When I was growing up in north-east England we were taught to recite the following ditty. The idea, I suppose, was to cure us of short northern vowels. For the full effect you have to pronounce the a's as though they are spelt "ar" ("rarther farst" and "parst")....
My father's car is a Jaguar
And pa drives rather fast
Castles, farms and draughty barns,
We go charging past
In retrospect it seems very odd. Nobody can have expected us to pass ourselves off as being posh, but perhaps the plan was that we could mix with the officer classes without causing embarrassment. It was never going to work, and thankfully society moved on anyway. We learned from the Beatles how to do a much better imitation of a Liverpool accent, and if there's anyone still around who talks like Celia Johnson or Trevor Howard then they are keeping their distance.
However, that little ditty, together with the schoolboy reading of the time left me with some very confused ideas about the south of England. I imagined that in the south boys my age all boarded at minor public schools, and understood the mysteries of cricket. Their little sisters rode ponies, their father (who they called pater) had a slightly shady job in the city, drank g&t at the golf club (before driving home in a Jaguar, rather fast), while their mother was having cucumber sandwiches with the vicar. They all lived in large mock-tudor mansions in villages full of little old ladies on bicycles who solved murders while spitfires flew overhead.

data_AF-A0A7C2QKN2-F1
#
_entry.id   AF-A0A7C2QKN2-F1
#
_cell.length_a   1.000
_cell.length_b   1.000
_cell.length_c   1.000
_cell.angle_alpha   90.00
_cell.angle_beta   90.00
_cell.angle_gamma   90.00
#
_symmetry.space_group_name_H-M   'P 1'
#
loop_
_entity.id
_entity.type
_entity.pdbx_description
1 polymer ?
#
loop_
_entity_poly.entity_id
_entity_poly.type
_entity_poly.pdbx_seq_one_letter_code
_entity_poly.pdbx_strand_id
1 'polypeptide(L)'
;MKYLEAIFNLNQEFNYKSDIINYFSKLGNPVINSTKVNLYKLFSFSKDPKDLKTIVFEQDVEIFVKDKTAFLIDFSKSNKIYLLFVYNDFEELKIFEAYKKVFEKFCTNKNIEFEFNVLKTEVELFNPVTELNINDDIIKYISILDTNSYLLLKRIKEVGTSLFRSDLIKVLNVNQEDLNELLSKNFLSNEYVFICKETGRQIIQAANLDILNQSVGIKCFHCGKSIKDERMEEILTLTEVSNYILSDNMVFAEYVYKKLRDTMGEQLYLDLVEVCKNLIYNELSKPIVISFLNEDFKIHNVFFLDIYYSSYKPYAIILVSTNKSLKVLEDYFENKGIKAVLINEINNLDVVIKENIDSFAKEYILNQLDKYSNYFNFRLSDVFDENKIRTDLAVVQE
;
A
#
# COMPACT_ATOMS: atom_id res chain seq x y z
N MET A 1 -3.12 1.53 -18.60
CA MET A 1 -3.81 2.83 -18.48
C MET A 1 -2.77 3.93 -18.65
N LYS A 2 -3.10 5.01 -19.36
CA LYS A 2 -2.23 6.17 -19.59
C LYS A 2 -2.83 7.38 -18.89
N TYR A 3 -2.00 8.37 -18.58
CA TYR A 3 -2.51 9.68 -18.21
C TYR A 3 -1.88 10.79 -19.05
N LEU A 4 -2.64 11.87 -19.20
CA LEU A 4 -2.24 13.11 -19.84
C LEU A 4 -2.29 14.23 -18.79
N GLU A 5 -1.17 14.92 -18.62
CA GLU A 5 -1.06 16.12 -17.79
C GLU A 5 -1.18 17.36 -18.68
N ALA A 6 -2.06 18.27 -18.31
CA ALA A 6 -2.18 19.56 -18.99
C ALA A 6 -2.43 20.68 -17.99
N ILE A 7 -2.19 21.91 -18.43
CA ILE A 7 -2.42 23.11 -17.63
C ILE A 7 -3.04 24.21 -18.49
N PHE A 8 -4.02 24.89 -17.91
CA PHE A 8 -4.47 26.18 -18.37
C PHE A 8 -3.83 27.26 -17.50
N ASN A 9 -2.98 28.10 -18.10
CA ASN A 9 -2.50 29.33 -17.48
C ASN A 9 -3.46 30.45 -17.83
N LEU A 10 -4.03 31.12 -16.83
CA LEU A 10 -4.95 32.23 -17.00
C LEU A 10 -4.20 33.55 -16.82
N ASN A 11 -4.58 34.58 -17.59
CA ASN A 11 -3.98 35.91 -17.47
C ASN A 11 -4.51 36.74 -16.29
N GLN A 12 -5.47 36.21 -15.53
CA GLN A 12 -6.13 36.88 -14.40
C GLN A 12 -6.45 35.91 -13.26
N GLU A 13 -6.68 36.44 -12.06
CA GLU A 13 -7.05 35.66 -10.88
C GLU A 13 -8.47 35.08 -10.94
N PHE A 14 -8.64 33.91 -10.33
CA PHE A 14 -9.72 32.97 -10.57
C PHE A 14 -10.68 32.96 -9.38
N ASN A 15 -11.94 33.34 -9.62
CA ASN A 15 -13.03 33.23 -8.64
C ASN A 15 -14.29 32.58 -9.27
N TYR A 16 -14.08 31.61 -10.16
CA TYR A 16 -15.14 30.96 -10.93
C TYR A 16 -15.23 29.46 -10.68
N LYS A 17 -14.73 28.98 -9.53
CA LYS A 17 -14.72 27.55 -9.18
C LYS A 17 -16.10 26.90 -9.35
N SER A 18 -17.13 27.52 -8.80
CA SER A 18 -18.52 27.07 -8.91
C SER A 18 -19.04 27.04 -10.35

Inevitably, as time went on my knowledge of the world expanded, I met people from the south of England who didn't wear cravats, and who could drive in the snow. I discovered parts of southern England that weren't as I imagined, and eventually I sold my northern soul to the devil, and followed the job down here.
As a result I can now say that some of my best friends are southerners. Not many of them, of course. Most of my friends are lapsed northerners like myself, or expatriates from exotic and faraway places such as Scotland. The only southerner I know really well is from Essex, and that counts as East Anglia anyway. But lets not get bogged down in detail.
The important point is that I now know that Kent isn't like the southern England that I imagined, and neither is Sussex. Middlesex doesn't even exist any more - it turned into an airport. So all of my prejudices ended up concentrated on Surrey. I knew virtually nothing about it, so in my mind it was the last bastion of southern-ness.
And then along came my Jenkins quest, which forced me to visit the county, and threw my pre-conceptions into disarray. I've made a couple of trips on the bike to Surrey now, and discovered that the bastions are not as I imagined.
Perhaps there is really a heritage centre somewhere where all the minor public schools, jaguars, golfers, and ponies are still preserved, and people dress up in cravats and talk as though they are performing in a black-and-white film. But if such a place does exist I haven't discovered it yet. The parts of Surrey that I've visited are quite ordinary.
So unless anyone can point me in the right direction, this is by way of an apology to Surrey for years of imagining that it was weird. I'm sorry, and in future I'll try to be more sensible.